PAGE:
Scientists discover underwater volcanic craters, reefs and ancient river beds in first section of NSW seafloor map

Large areas of reef, ancient volcanic vents and relict rivers formed thousands of years ago have been discovered on the sea floor off the Illawarra coast by marine scientists from the NSW Office of Environment and Heritage (OEH) and the University of Wollongong.

OEH Research Vessel RV Bombora off Red Point, Five Islands.

The mapping is part of an ongoing effort to create a high-resolution digital map of the NSW seafloor (SeaBed NSW), to better understand the distributions of reef and soft sediment environments.

OEH scientists have systematically scanned the first section of seafloor off Wollongong, from Bellambi Point to Red Point (Five Islands), using sonar and video systems mounted on the OEH research vessel RV Bombora.

OEH marine scientist, Dr Tim Ingleton said when mapping in the ocean we are unable to directly observe the seabed so we need to use remote sensing technologies to peel back the water to see what lies underneath.

"We use a range of different technologies to 'see' through the water column. These include sonar, laser and video systems, which are operated from boats, planes and even jet skis. We also collect sediment samples to verify our models and understand the composition of the seabed," said Dr Ingleton.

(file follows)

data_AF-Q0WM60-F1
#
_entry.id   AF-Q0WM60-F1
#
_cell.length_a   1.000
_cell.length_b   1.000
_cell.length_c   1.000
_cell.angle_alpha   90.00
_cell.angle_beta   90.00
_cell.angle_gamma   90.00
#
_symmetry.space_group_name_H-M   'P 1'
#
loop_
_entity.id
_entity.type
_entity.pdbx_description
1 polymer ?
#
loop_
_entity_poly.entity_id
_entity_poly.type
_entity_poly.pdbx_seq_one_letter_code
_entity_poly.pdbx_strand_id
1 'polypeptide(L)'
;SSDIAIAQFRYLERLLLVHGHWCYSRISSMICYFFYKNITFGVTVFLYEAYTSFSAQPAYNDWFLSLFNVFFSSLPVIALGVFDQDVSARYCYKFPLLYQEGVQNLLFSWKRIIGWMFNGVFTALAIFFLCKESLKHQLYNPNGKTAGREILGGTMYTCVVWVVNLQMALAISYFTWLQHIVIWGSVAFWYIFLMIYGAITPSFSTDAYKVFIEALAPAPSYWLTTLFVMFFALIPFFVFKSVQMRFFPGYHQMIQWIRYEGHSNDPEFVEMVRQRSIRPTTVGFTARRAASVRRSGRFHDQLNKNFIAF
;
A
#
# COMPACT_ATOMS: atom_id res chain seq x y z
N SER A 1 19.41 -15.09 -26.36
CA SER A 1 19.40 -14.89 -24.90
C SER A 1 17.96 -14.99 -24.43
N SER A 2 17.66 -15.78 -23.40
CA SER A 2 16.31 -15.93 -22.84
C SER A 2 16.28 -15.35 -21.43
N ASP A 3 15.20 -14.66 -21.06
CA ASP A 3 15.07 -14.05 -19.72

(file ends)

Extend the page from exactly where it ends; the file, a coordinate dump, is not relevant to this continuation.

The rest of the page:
"Once our sonar mapping was completed and built into a 3D digital model, we discovered that reefs cover close to 60% of the area mapped off the Wollongong coast, with video footage collected with our partners from the University of Wollongong showing an array of colourful sponges, boulders and kelp forests.

"We discovered evidence of ancient river channels that flowed thousands of years ago when sea level was lower and the coastline was located far offshore, which was confirmed by sediment samples containing smooth and round pebbles typical of fluvial environments.

"We also noticed a few strange round patterns that looked like 'crop circles' on the sea floor.

"These intriguing crater features may have been formed by ancient volcanic activity in the area. Volcanic features called Diatremes form as magma rises through a crack in the Earth's crust and meets ground water. Super-heated water vapor and volcanic gases rapidly expand, causing explosions that leave behind a shallow crater.

"Since 2005, OEH scientists have mapped as much as 15% of the state's coastal waters. The SeaBed NSW program will expand on that systematically, using RV Bombora and state-of-the-art equipment to collect high-resolution data on the depth and composition of the seabed across targeted sections of the NSW coast. The data will be made available to researchers, councils and the public.

"This work will help to build a baseline digital model of the NSW seabed, and improve our understanding of the NSW seabed," said Dr Ingleton.

SeaBed NSW is a project funded as part of NSW Government's commitment to deliver state wide science and technical advice for coastal management.